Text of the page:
Types of Wastes Materials Process Parameters Range of Particle Size Amount of Waste Used (g) Yield Point
(lb/100 ft2)
Plastic Viscosity (cP) Filtrate Loss
(% Reduction)
Basil Seed Powder (BSP) 90–150 °C 5–10 µm 1 5–45 Pa 5–28 mPa.s 10.2–67.9% [45]
Carboxymethyl cellulose carton waste (CMC) - - 1–5 g - - 0.4–10% [46]
Wild Jujube Pit Powder (WJPP) 6.9 MPa 54, 75, 100 µm - 1.5–2.5 Pa 3–4 mPa.s 30–47.5% [47]
Banana Peel Powder (BPP) - - 6–18 g 10–16 6–12 39–54% [48]
Black Sunflower Seeds Shell Powder 250 °F, 500 psi 52–400 µm 3.5–24.5 g 26–47 7–13 0.3–25% [33]
Brachystegia eurycoma rice husk - - 20 - - 35.62% [49]
Detarium microcarpum rice husk - - 15 - - 44.44% [49]
Fibrous Food Waste Material (FFWM) 100 psi 2% - 13 8 7.0 cc/30 min [50]
Green Olive Pits’ Powder (GOPP) - 1.5% 9 26 7 11.5 cc/30 min [51]
Henna leaf extract 78 °F, 300 °F, 100 psi - 10–40 33–52 23–45 29.9- 32% [52]
Hibiscus leaf extract 78 °F, 300 °F, 100 psi - 10–40 73–148 41–75 31.0- 35.1% [52]
Palm Tree Leaves Powder (PTLP) 55 °C 3% 22 5 9 8.9 cc/30 min [53]
Potato Peels Powder (PPP) 73 °F 4% 6 6 10 8.75 cc/30 min [54]
Saffron Purple Petals (SPP) 100 psi - 50 g 6.04–10.67 Pa 0.016–0.039 Pa.s 23–45% [38]
Durian rind - 44–2000 µm 5–10 ppb 2–75 10–80 17–60% [55]
Mandarin peels powder (MPP) - 1–4% - 14–57 14–63 44.0–68.0% [31]
Date Seed Powder 100 psi 300 µm 0.25–2 ppb 4 9 8–20% [56]
Pistachio Shell Powder (PSP) 104.44 °C, 3.45 MPa 75–150 µm 5–9 g 12.2–13.5 19.8–24 15.3–44% [57]
Soybean Peel Powder (SB) 100 psi - 5 ppb 23 4 60% [58]
Grass - 35–300 µm 0.25 -1 ppb 3.5–5 8–9 11.0–14.6% [59]
Corn Starch 170–200 °F <125 µm 6 - 2.67–5 31% [60]
Rice husk - 125µm 5–20 9.56 Pa 0.008 Pa.s 16.0–42.5% [61]
Agarwood - 45µm, 90µm - 22 11.9 14.0 [62]
Sawdust 70 °C 1 mm - - - 8.6% [63]
Walnut shells - 2–6 mm 20–60 110–180 55–80 11.0–14.5% [64]

2.3. Bentonite in Drilling Fluids

Bentonite is a clay material that is naturally composed of sodium montmorillonite and minor quantities of minerals. It is used in a variety of applications due to its absorption and adsorption capabilities [40]. For instance, it has been used as a health remedy because it contains iron, magnesium, and calcium. In clay form, these elements are beneficial because they absorb and remove toxins from the body [64].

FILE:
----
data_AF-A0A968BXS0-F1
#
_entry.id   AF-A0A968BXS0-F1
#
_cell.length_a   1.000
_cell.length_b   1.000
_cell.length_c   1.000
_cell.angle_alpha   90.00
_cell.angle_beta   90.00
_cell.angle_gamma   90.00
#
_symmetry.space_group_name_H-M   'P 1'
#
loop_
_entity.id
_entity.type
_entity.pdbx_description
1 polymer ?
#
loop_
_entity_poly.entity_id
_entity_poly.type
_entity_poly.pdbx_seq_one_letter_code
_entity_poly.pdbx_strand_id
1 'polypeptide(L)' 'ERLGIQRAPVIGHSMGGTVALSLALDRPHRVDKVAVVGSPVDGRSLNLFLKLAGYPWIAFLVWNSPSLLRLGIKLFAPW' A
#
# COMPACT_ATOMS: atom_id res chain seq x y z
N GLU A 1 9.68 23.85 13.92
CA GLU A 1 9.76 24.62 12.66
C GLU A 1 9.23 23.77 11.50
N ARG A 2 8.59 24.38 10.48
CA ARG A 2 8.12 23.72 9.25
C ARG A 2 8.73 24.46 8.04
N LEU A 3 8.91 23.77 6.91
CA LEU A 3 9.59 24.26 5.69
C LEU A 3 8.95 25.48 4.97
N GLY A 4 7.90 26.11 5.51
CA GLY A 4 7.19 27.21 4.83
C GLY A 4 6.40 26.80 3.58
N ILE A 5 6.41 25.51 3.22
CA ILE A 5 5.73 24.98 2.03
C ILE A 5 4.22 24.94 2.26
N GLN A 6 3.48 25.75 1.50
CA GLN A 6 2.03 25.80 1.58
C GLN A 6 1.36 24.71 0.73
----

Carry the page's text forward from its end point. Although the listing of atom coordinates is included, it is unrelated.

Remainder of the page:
In the presence of water, bentonite hydrates and swells to form a thixotropic gel, i.e., a mud cake, thus protecting the well formation from invasion, which causes the loss of fluids to permeable formations. However, mud cakes formed by bentonite have been found to be highly detrimental to the productivity of drilled wells. This is due to the inefficient removal of protective mud cakes that is undertaken to restore performance of wells [65]. According to Li et al., he difficulty to remove mud cake greatly increases in deeper reservoirs. [66].
Most importantly, because bentonite clay contains montmorillonite, a crystalline structure that forms the clay, bentonite precipitates when water is added [67]. This is beneficial in drilling fluids, in which the ability to precipitate significantly assists in reservoir formation and protection from the invasion of drilling fluids into the reservoir when exposed to water [68]. The impact of Na-bentonite as a weighing agent on mud density is compared with ilmenite and barite in Figure 6.
Figure 6. Schematic diagram of the mud weight bridging effect using bentonite, ilmenite, and barite [69].
Magzoub et al. have studied bentonite compounds comprising different primary elements, such as calcium (Ca), potassium (K), and sodium (Na), and found that sodium bentonite is commonly utilized in drilling fluids. In contrast, calcium is rarely used due to its unsatisfactory rheological properties. However, this study used sodium to activate the calcium bentonite to improve its performance [70].
Karagüzel et al. have found that sodium and calcium bentonites in combination with soda and MgO additives show enhanced swelling properties, lower filtrate loss, and increased viscosity at favorable concentrations. An important fact to note is that although sodium and calcium bentonites were used as mud viscosifiers and fluid loss reducers, they did not qualify as good drilling fluids. This finding highlights the importance of choosing suitable additives that can effectively enhance the properties of a drilling fluid [71].
The disadvantages of bentonite have been studied, leading to the formulation of nanomaterial-based drilling fluids, and resulting in significant improvements in wellbore cleaning properties while successfully maintaining optimum viscosity and density [72]. Compared to conventional bentonite, the breakthrough study by Xie et al. have introduced the successful use of nanofluids which reduced mud filtrate and enhanced thermal conductivity as well as rheological properties of the WBDF [73].


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    Ikram, R. Waste Derivatives in Drilling Fluids. Encyclopedia. Available online: (accessed on 29 June 2022).
    Ikram R. Waste Derivatives in Drilling Fluids. Encyclopedia. Available at: Accessed June 29, 2022.
    Ikram, Rabia. "Waste Derivatives in Drilling Fluids," Encyclopedia, (accessed June 29, 2022).
    Ikram, R. (2021, August 16). Waste Derivatives in Drilling Fluids. In Encyclopedia.
    Ikram, Rabia. ''Waste Derivatives in Drilling Fluids.'' Encyclopedia. Web. 16 August, 2021.